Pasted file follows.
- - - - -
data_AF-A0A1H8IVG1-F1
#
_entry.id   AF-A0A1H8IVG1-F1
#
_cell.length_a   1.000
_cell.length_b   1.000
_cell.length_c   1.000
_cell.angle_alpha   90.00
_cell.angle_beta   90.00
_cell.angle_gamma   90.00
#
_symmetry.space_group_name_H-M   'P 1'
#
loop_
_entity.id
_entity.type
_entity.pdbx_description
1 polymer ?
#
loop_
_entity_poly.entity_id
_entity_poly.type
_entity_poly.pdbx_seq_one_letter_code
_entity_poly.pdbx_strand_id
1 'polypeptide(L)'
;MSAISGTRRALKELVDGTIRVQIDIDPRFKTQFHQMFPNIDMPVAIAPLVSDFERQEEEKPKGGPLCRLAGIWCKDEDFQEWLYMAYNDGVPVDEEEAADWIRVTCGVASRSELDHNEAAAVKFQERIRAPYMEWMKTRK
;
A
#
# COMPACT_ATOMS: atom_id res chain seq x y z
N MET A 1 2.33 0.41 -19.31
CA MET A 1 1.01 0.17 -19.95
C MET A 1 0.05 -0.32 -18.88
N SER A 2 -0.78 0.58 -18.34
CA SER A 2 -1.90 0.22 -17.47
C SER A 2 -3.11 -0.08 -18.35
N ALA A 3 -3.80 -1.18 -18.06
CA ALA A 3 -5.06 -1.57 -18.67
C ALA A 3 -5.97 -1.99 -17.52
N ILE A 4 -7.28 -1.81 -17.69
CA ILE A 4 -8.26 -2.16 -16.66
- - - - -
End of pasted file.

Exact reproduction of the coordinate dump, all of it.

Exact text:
data_AF-A0A1H8IVG1-F1
#
_entry.id   AF-A0A1H8IVG1-F1
#
_cell.length_a   1.000
_cell.length_b   1.000
_cell.length_c   1.000
_cell.angle_alpha   90.00
_cell.angle_beta   90.00
_cell.angle_gamma   90.00
#
_symmetry.space_group_name_H-M   'P 1'
#
loop_
_entity.id
_entity.type
_entity.pdbx_description
1 polymer ?
#
loop_
_entity_poly.entity_id
_entity_poly.type
_entity_poly.pdbx_seq_one_letter_code
_entity_poly.pdbx_strand_id
1 'polypeptide(L)'
;MSAISGTRRALKELVDGTIRVQIDIDPRFKTQFHQMFPNIDMPVAIAPLVSDFERQEEEKPKGGPLCRLAGIWCKDEDFQEWLYMAYNDGVPVDEEEAADWIRVTCGVASRSELDHNEAAAVKFQERIRAPYMEWMKTRK
;
A
#
# COMPACT_ATOMS: atom_id res chain seq x y z
N MET A 1 2.33 0.41 -19.31
CA MET A 1 1.01 0.17 -19.95
C MET A 1 0.05 -0.32 -18.88
N SER A 2 -0.78 0.58 -18.34
CA SER A 2 -1.90 0.22 -17.47
C SER A 2 -3.11 -0.08 -18.35
N ALA A 3 -3.80 -1.18 -18.06
CA ALA A 3 -5.06 -1.57 -18.67
C ALA A 3 -5.97 -1.99 -17.52
N ILE A 4 -7.28 -1.81 -17.69
CA ILE A 4 -8.26 -2.16 -16.66